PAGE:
Kale steamed1

Kale steamed

Kale is usually cooked and rarely eaten raw because of its strong pungent flavor. Small amounts of raw, young kale can be added to salads to bring a spicy note. Steam kale and serve with butter, lemon juice, and chopped bacon.

Kale has large cabbage-like curled leaves, usually soft green but also shades of blue-green and variegated shadings from red to white and yellow to white. Curly-leafed kales form compact clusters of tightly curled leaves.

Cooking. Kale can be prepared just as you would spinach. It should not be overcooked otherwise it will lose its hearty flavor and texture. Cook kale until it is just tender, usually 5 minutes or less. To moderate the strong flavor and fibrous texture of some kale, you can blanch kale for 5 minutes before cooking depending upon the toughness of the green.

Steaming kale. Place 1 to 2 inches of water in the bottom of a pot and bring to a rapid boil. Place the kale in the steamer basket. Turn the heat under the boiling water to medium. Place the kale in the steamer basket in the pot and cover with a tight-fitting lid. Cook with the lid on for 2-5 minutes.

Serve. Italians steam kale until tender, then add olive oil, a little garlic, breadcrumbs, and sprinkle with Parmesan cheese in the last minute or two of cooking.

Harvest. Kale is harvested autumn to mid-spring, 55 to 75 days after direct seeding. In mild-winter regions where there is no snow on the ground, kale can be grown in the garden through the winter for winter harvest. In snowy regions, kale is hardy enough to stay in the garden with the protection of row covers.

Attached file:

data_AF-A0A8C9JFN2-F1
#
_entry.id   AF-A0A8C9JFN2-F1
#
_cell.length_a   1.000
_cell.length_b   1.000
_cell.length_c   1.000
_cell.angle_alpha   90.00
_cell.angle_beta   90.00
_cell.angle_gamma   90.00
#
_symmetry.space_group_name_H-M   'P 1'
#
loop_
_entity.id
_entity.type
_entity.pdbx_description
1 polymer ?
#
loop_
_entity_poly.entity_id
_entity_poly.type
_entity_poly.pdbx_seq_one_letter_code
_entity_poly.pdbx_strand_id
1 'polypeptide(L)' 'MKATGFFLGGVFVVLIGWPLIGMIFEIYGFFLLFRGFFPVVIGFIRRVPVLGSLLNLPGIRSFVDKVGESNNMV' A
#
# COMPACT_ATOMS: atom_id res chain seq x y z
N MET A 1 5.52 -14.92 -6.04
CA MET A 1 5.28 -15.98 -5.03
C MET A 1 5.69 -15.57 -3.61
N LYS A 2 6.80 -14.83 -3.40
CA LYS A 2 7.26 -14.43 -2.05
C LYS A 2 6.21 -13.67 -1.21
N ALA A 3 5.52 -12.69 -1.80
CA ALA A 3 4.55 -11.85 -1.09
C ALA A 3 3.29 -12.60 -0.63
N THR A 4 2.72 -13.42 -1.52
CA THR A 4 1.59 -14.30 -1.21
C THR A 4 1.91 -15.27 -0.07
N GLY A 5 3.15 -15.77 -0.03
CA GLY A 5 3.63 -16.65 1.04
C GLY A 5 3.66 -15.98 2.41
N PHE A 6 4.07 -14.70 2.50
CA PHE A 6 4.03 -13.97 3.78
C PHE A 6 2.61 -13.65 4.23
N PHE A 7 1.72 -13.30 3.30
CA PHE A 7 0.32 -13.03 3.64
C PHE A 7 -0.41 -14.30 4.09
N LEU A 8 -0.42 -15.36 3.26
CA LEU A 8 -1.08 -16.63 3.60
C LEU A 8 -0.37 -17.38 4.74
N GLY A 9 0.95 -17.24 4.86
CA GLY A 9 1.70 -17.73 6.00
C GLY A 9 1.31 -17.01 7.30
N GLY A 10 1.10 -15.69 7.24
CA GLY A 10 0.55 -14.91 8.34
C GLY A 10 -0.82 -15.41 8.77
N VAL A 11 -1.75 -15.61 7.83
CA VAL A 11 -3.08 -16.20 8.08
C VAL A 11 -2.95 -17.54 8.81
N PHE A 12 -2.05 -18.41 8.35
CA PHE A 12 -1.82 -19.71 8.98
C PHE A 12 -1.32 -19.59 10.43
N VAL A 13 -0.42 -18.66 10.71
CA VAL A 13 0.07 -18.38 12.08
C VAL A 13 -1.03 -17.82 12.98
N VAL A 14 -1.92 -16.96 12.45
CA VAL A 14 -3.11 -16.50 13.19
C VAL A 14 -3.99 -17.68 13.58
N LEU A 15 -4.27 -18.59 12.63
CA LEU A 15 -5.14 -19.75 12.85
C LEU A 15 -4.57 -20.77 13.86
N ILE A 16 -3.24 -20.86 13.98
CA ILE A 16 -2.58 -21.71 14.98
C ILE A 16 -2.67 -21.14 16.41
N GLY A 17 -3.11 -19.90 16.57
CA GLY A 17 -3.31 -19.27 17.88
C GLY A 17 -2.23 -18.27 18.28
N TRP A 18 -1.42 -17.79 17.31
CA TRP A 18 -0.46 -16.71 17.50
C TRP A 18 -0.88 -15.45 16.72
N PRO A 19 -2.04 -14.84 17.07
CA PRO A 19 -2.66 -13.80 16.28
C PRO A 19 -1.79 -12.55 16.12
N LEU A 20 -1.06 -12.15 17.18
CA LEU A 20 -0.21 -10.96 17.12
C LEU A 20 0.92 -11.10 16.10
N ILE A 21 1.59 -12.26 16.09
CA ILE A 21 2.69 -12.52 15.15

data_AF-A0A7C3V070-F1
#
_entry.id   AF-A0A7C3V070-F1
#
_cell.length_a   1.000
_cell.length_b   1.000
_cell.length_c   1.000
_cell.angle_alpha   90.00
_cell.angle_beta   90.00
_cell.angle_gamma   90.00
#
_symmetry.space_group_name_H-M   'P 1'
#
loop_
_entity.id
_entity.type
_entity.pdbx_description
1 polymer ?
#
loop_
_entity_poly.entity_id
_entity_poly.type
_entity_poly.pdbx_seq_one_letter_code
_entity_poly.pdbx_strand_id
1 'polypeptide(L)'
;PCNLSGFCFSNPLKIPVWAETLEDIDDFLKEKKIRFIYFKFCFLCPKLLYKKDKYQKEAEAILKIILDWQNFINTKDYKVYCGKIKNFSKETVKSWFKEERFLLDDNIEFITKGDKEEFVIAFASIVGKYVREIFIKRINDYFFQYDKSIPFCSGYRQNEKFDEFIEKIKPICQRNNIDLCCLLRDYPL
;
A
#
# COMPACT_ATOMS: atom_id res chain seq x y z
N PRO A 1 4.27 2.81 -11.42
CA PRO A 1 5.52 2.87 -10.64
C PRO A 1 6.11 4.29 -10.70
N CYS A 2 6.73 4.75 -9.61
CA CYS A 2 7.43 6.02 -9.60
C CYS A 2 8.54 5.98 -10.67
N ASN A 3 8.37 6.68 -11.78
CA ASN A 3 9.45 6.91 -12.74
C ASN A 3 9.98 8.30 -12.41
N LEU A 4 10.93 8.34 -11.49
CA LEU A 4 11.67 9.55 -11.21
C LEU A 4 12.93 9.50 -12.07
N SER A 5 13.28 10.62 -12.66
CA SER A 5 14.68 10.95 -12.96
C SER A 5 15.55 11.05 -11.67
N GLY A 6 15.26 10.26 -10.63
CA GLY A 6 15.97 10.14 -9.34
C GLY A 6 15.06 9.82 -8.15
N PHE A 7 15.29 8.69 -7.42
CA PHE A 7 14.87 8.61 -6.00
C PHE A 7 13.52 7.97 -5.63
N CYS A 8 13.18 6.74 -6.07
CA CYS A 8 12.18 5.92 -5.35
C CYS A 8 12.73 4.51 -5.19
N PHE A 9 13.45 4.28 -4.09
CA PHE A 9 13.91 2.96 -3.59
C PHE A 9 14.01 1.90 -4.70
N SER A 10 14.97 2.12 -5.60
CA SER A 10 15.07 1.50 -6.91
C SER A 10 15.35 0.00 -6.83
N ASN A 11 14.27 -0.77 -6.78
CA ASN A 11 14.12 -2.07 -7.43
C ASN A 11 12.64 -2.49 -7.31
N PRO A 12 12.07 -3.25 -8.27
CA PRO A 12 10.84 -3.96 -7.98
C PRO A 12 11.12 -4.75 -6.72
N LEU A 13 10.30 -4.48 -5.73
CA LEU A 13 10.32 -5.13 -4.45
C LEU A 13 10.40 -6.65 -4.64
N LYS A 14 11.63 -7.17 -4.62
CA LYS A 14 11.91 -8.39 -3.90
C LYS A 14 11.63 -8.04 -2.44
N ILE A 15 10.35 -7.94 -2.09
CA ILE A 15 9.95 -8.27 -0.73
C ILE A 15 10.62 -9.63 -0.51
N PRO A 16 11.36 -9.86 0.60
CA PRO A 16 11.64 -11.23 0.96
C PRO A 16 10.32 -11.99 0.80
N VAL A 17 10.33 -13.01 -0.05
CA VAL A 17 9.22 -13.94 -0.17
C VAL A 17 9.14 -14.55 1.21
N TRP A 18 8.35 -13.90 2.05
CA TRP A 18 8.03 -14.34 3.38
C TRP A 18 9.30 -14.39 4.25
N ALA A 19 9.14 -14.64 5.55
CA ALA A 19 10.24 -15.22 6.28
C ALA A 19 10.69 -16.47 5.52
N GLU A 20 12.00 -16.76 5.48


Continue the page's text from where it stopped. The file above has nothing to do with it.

Kale leaves are the best eating when they are 8 to10 inches (20-25 cm) long. Individual outside leaves are best when young and tender. Inside leaves are generally tastier than outside leaves. The flavor of kale is actually enhanced when the plant is touched by frost.

Spring kale can be tender. The roots of harvested kale that is left in place will sprout new heads in one or two weeks. “Cut and come again” is the term for leaf vegetables that can be brought to harvest more than once. Spring kale is often the new growth of plants sown last autumn. New, tender growth can go directly into salads.

Varieties. You are likely to find tall kale varieties at the farm market in spring; look for ‘Lacinato’, ‘Toscano’, and ‘Red Russian’. Compact kale with curly leaves include ‘Dwarf Blue Curled Vates’ and ‘Dwarf Siberian’. The frilly kale used for garnishes include ‘Winterbor’, with green leaves, and ‘Redbor’, with purple leaves.

A related plant to kale is Portuguese kale or Scotch kale, also known as curly kale. This is a short-lived perennial with a single or branched stem with broad, oblong leaves that have crispy margins. Portuguese kale leaves are used in soups and as vegetable dishes.

Kale was grown by the Greeks and Romans. Kale arrived in northern Europe in the sixteenth century and from there traveled to North America.

The botanical name for kale is Brassica oleracea var. acephala. The botanical name of Portuguese or curly kale is B. o. var. sabellica.


Written by Stephen Albert

Stephen Albert is a horticulturist, master gardener, and certified nurseryman who has taught at the University of California for more than 25 years. He holds graduate degrees from the University of California and the University of Iowa. His books include Vegetable Garden Grower’s Guide, Vegetable Garden Almanac & Planner, Tomato Grower’s Answer Book, and Kitchen Garden Grower’s Guide. His Vegetable Garden Grower’s Masterclass is available online. Harvesttotable.com has more than 10 million visitors each year.

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